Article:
‘When it comes to reporting corruption, citizens have divided opinions. Compared to 2017, there is a significant decline in number of those who would report a corruption case, but when it comes to the institution to which they would report a corruption case, they mentioned the APC and the Police administration, with the note that Police administration was much less frequently listed as a choice compared to the survey from 2017,’ explained Popovic.
Popovic stated that as reasons for not reporting corruption, citizens cite the fact that it is the job of the state to detect corruption and that they do not believe that the report itself would have any effect, which also supports the finding that the vast majority of citizens (72 percent) have not heard of a corruption case adjudicated in favour of the injured party within their respective environment.’
In case citizens can anonymously report corruption, as she said, half of them stated that they would inform the authorities.
‘More than two-fifths of citizens believe that high-level and lower-level corruption are equally problematic, while one-third pointed out that high-level corruption, at the political and business levels, is a larger problem,’ Popovic said.
She said that citizens view more strict legal sanctions and their non-selective application as the most successful methods for solving problems.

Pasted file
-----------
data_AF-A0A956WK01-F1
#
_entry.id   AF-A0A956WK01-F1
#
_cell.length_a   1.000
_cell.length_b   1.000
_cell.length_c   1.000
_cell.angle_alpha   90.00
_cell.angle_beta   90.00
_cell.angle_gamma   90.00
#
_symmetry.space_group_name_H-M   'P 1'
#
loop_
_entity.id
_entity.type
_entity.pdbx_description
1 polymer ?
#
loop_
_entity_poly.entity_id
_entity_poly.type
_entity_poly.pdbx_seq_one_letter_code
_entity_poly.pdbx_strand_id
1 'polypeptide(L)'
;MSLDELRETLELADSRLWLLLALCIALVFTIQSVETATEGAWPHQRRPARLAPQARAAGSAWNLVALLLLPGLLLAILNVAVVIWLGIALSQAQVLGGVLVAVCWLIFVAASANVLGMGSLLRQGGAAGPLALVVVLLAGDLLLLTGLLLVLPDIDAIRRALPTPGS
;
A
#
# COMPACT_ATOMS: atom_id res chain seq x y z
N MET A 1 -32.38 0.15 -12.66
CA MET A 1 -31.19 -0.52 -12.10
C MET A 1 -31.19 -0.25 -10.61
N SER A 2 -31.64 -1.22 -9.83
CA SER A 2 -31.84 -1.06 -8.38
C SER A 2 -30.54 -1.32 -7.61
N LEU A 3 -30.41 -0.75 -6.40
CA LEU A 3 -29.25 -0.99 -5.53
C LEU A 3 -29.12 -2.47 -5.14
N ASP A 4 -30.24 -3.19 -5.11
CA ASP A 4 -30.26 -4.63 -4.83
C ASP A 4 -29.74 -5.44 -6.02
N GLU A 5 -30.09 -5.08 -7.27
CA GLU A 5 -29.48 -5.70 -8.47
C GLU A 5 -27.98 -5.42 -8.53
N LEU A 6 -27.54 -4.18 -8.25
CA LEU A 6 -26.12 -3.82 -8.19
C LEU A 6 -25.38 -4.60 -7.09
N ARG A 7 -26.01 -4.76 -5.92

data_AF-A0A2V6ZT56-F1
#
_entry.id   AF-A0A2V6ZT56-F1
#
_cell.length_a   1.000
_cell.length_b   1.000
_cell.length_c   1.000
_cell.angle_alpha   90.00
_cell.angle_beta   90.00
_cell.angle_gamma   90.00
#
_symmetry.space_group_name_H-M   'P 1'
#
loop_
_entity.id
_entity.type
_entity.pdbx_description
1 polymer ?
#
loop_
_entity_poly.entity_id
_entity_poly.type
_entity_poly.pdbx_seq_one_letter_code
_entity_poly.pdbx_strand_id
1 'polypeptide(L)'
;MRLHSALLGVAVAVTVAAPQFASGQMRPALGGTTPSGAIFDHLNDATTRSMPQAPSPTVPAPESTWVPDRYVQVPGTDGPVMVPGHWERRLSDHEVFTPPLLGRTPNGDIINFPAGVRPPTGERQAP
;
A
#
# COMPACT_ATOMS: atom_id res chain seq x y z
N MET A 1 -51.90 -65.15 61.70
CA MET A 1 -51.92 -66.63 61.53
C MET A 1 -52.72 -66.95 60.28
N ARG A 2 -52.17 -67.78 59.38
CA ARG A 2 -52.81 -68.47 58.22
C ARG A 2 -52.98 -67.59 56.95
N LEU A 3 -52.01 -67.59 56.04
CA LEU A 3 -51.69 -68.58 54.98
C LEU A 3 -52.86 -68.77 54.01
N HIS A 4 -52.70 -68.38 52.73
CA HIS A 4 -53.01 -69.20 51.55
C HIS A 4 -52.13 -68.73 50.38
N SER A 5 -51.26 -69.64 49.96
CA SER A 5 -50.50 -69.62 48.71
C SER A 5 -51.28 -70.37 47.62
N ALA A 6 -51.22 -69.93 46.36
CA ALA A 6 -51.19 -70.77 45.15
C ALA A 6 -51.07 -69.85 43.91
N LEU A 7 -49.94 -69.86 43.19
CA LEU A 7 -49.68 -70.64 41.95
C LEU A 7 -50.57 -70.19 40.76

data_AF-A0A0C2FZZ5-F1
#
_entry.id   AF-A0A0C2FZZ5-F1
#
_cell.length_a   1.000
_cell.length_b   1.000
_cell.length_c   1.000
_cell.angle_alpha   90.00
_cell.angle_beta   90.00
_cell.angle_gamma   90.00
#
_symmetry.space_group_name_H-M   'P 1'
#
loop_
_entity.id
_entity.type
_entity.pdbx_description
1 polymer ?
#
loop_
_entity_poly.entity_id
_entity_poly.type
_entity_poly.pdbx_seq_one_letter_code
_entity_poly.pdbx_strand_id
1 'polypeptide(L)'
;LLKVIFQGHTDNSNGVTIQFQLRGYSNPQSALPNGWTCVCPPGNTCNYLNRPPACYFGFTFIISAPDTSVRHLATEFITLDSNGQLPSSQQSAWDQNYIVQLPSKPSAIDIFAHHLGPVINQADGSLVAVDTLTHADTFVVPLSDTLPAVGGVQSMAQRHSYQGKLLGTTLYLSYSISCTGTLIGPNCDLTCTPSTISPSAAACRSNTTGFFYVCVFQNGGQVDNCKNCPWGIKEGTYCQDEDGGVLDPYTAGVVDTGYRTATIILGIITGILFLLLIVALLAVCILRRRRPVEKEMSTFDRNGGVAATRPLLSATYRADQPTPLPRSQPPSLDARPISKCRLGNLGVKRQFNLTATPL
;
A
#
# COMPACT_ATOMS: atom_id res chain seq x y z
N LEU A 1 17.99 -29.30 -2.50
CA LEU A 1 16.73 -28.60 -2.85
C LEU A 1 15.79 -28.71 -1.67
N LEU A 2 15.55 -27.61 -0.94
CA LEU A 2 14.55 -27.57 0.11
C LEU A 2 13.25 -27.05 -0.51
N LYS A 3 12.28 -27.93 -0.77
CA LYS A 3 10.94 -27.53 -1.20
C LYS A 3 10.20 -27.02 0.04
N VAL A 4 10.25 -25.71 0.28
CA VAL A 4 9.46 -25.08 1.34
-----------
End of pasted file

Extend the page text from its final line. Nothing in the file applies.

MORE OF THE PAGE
‘When it comes to the local level, the citizens’ opinion about the responsible behaviour of the heads of the administration of the municipality in which they live is polarized, with a slightly higher number of those who think that they act responsibly. At the same time, over two-fifths of citizens believe that the local administration in their municipality is transparent,’ Popovic concluded.
The research is part of the project ’Let’s put corruption into museum!’ which is implemented by the CCE in cooperation with NGO Centre for Monitoring and Research (CeMI), NGO Bonum from Pljevlja, NGO UL-Info from Ulcinj and NGO Za Druga from Petrovac, in association with the Anti-corruption Agency and with the support of EU Delegation to Montenegro and the Ministry of Public Administration.
PR press service